Herefordshire’s revived western bypass plan prompted an at times heated debate among party leaders when it was backed at a cabinet meeting yesterday (March 28).

But what are the main battle lines over this issue, which so divides the county’s politicians and public alike?

Pro 1: democracy

Inasmuch as the county’s voters sent a signal last May, it was for the bypass, according to Liberal Democrat leader Coun Terry James.

“Herefordshire Conservatives were one of only two in the county to make gains,” he said. “That must tell you something – that they adopted a LibDem policy that’s popular. Now the public want it done.”

Pro 2: network resilience

Any road maintenance work or breakdowns on Hereford’s main A49 “can cause gridlock, which is ridiculous for a modern city”, the cabinet’s environment head Coun Elissa Swinglehurst said.

Pro 3: affordable housing

The need for more affordable housing in and around Hereford is not contested. And 35 per cent of the large housing schemes enabled by the bypass would have to be affordable, Cabinet member for transport Coun Philip Price said.

Pro 4: “de-trunking” benefits

As well as giving new options for alternative transport within the city, “de-trunking” the A49 need not mean a financial hit, Coun Price claimed, given the earlier example of the A465 Abergavenny road, “for which we got a [funding] package for ongoing maintenance”.

Con 1: misaligned goals

Greens leader Coun Ellie Chowns said the report’s criteria which put the western bypass option on top did not match the goals of the county transport strategy which the cabinet had just passed.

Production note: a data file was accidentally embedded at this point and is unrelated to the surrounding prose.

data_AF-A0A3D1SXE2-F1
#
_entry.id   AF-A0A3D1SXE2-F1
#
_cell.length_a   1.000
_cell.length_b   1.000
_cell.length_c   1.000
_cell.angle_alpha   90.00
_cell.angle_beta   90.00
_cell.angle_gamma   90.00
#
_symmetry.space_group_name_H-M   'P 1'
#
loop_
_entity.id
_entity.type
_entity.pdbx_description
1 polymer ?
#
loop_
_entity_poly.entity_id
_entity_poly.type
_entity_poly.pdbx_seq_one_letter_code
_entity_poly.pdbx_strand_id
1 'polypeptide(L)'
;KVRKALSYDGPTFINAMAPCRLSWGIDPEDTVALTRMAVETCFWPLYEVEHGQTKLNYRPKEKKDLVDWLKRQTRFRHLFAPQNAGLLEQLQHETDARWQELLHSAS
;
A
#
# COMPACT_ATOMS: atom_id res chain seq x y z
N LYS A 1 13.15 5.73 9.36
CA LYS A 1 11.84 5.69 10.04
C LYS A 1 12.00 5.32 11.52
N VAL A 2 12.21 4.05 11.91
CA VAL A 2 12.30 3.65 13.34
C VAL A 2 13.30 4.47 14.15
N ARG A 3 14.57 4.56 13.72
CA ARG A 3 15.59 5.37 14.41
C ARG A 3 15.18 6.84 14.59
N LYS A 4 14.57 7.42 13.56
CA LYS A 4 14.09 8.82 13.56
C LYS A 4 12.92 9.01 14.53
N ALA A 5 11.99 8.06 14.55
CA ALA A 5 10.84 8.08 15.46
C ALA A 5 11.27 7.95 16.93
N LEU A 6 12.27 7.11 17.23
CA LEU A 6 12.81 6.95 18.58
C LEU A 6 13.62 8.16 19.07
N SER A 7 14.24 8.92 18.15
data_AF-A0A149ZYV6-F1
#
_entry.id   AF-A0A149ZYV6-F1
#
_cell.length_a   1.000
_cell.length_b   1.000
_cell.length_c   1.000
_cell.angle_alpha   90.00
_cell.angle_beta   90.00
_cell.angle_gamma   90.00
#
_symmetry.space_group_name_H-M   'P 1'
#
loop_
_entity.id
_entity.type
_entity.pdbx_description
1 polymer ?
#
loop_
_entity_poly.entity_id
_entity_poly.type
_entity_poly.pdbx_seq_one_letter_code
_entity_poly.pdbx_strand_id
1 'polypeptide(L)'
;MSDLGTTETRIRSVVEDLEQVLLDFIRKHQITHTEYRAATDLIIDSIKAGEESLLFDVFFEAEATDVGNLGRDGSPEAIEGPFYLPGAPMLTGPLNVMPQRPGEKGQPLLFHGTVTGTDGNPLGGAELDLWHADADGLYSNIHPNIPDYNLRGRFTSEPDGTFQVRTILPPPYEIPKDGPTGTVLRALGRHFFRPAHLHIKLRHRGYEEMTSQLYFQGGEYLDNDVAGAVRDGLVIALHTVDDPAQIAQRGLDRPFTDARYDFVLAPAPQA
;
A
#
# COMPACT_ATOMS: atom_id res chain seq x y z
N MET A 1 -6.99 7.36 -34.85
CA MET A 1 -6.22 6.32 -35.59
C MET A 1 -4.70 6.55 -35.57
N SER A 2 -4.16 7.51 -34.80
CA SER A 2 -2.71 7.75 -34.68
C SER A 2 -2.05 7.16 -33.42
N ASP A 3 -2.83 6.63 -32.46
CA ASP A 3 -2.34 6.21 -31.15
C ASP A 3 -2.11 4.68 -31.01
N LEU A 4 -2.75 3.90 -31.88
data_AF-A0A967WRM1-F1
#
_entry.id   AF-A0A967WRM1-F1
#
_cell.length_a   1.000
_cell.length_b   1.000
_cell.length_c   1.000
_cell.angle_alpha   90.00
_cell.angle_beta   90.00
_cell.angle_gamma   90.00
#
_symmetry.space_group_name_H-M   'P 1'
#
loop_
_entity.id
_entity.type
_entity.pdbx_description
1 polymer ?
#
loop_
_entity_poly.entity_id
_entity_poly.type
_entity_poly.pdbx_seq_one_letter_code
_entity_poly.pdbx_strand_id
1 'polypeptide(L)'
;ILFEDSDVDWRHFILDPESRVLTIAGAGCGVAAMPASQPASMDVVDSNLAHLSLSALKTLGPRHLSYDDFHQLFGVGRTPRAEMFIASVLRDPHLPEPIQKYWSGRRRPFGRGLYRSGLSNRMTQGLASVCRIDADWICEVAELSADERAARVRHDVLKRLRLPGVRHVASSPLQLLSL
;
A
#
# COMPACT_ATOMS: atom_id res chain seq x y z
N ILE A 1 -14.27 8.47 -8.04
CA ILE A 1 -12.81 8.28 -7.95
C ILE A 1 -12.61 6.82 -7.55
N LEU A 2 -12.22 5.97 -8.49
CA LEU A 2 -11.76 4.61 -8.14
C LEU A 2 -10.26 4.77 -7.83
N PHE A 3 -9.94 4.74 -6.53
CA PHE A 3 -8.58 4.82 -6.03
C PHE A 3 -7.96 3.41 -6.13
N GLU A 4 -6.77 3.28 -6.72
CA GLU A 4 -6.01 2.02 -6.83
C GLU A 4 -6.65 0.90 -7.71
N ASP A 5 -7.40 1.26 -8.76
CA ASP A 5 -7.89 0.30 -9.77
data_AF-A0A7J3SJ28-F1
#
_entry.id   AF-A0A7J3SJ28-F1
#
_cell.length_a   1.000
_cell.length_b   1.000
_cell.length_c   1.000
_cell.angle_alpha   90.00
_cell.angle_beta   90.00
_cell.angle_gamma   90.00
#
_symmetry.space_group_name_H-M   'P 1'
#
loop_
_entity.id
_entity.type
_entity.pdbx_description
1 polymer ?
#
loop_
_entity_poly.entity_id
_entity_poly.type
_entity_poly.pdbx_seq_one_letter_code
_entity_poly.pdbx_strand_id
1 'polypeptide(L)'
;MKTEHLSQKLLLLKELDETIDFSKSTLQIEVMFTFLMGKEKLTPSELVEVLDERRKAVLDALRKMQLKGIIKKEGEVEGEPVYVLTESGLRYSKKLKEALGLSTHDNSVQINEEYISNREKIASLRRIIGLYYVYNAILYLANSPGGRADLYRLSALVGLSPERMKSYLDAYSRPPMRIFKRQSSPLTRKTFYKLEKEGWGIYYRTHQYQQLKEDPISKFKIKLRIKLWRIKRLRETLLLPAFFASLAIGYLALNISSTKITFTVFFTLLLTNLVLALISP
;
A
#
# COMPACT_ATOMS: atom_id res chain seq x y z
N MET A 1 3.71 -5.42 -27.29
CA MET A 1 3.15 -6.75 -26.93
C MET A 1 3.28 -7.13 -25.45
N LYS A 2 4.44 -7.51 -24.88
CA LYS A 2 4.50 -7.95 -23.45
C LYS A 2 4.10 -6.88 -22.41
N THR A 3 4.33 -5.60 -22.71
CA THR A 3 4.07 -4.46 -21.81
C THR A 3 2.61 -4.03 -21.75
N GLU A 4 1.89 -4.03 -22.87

Department for Transport guidance also “requires environmental appraisal of reasonable alternatives”, missing from the council’s roads report, she said.

The new scheme’s “embodied and operational carbon” was also at odds with the council’s recently restated commitment to net-zero, she added.

Con 2: cheaper, quicker alternatives

Pointing to how much more smoothly traffic in the city moves during school holidays, Coun Chowns said bringing back free school buses “would get loads of traffic off the roads at key times, at a tiny fraction of the cost of the bypass”.

And True Independents leader Coun Bob Matthews said upgrading Ross-on-Wye’s hospital would reduce traffic coming into the city from the south.

Con 3 : extra traffic

A streamlined A49 “will attract north-south traffic off the M6 and M5, creating serious knock-on problems”, Coun Chowns said.

And Coun Matthews said the bypass and the associated new housing development “could bring up to 30 thousand extra vehicles within 10 years”.

Con 4: achievability

With an imminent general election, “it’s not likely that funding for the bigger [western] project will be realised”, Independents for Herefordshire leader Coun Liz Harvey said, warning the final bill for it could hit half a billion pounds.

Whereas an eastern crossing “could be delivered within our own means if necessary”.